Tag Archive | strong protagonist

Review: Dumplin’ by Julie Murphy

Series: Dumplin’ #1

dumplin -julie murphySelf-proclaimed fat girl Willowdean Dickson (dubbed “Dumplin’” by her former beauty queen mom) has always been at home in her own skin. Her thoughts on having the ultimate bikini body? Put a bikini on your body. With her all-American beauty best friend, Ellen, by her side, things have always worked…until Will takes a job at Harpy’s, the local fast-food joint. There she meets Private School Bo, a hot former jock. Will isn’t surprised to find herself attracted to Bo. But she is surprised when he seems to like her back.

Instead of finding new heights of self-assurance in her relationship with Bo, Will starts to doubt herself. So she sets out to take back her confidence by doing the most horrifying thing she can imagine: entering the Miss Clover City beauty pageant—along with several other unlikely candidates—to show the world that she deserves to be up there as much as any twiggy girl does. Along the way, she’ll shock the hell out of Clover City—and maybe herself most of all.

With starry Texas nights, red candy suckers, Dolly Parton songs, and a wildly unforgettable heroine—Dumplin’ is guaranteed to steal your heart.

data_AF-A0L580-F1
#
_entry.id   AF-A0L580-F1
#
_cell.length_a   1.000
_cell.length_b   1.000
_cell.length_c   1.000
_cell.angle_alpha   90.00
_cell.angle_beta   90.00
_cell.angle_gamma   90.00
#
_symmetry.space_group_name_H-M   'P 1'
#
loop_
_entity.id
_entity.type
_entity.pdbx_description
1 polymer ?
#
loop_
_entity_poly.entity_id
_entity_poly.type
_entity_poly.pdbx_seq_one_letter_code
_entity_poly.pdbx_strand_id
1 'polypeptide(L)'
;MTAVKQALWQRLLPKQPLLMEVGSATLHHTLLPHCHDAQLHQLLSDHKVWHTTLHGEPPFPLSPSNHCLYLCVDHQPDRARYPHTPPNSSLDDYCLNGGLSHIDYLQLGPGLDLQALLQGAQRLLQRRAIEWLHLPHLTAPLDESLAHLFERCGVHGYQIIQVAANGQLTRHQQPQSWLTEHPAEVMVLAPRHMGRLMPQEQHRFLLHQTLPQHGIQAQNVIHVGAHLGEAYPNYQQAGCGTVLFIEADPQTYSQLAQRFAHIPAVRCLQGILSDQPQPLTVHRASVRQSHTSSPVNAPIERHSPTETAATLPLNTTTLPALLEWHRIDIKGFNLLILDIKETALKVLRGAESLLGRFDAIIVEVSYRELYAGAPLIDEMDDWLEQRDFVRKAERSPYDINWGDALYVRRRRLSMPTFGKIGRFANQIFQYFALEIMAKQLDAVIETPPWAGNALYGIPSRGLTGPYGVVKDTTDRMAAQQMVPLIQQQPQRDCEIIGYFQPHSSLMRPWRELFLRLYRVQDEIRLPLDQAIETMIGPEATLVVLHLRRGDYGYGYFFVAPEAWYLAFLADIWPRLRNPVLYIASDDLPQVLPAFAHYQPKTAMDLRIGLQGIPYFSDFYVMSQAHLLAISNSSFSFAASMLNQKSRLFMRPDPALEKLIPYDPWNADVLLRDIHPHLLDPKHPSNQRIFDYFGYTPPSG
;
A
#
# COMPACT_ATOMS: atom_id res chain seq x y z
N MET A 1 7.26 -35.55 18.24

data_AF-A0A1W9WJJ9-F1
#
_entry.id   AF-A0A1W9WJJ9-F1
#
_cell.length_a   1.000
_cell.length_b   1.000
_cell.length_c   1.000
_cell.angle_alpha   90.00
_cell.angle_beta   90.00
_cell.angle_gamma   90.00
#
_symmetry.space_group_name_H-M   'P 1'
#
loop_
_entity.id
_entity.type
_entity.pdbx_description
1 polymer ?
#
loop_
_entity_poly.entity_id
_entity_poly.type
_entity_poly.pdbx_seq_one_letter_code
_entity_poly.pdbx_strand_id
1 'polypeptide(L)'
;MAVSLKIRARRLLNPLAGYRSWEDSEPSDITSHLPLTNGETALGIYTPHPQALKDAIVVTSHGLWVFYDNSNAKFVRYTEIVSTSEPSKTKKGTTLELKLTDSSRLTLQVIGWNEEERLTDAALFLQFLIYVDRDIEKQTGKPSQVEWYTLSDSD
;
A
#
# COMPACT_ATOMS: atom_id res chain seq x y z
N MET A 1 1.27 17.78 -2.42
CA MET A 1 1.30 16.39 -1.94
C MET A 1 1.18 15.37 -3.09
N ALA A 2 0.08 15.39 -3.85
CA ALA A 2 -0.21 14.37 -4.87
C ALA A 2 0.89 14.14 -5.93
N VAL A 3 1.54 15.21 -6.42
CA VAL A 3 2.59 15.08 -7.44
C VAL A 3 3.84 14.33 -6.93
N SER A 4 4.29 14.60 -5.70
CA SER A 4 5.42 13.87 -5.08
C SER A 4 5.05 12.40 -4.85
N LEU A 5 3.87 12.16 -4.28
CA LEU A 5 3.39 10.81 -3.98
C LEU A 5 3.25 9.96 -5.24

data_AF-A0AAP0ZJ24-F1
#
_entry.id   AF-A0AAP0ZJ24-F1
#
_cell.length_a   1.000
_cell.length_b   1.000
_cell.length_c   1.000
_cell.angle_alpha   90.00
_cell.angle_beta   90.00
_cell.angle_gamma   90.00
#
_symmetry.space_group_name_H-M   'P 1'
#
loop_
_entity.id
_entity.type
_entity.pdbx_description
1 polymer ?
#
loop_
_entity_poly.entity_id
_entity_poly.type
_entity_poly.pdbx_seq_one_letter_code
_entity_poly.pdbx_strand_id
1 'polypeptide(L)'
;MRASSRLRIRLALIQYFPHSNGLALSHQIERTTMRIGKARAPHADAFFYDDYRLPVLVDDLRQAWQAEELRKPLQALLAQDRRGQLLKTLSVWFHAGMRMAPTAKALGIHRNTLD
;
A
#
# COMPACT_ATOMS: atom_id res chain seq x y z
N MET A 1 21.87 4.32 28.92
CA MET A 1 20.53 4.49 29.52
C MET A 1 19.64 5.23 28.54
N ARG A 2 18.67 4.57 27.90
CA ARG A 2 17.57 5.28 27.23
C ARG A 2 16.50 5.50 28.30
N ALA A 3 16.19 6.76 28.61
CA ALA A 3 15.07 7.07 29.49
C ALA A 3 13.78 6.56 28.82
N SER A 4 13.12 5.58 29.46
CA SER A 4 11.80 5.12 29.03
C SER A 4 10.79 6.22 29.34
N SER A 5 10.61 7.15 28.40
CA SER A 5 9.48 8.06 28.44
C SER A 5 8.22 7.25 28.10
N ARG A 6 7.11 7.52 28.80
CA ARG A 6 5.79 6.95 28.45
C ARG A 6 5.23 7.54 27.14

4 Drink Me Potions


[The song] is catchy and everyone knows the words, but to me, it’s this reminder that no matter who you are, there will always be someone prettier or smarter or thinner. Perfection is nothing more than a phantom shadow we’re all chasing.


Dumplin’ is that book about an atypical heroine you may think of based on the synopsis, but with way more heart and less cheese-y fluffiness than I had pegged it to be.

This book – and my thoughts on it – can be summarized in a few points.

1) Will’s voice as the protagonist was the perfect balance that didn’t overly make me want to sympathize with her yet also showed her vulnerabilities.

I don’t know about you, but sometimes reading stories about girls who are fat does neither of those things. They either lose weight and “get better” and we get to feel “happy” for them or they embrace themselves in such a way that I’m not sure is fully realistic either. This wasn’t the case here and that was surprising. I cheered her on when she was happy with her body and who she was, and was sad with her when she let her doubts get in the way of everything she could aspire to be.

2) The romance wasn’t the highlight.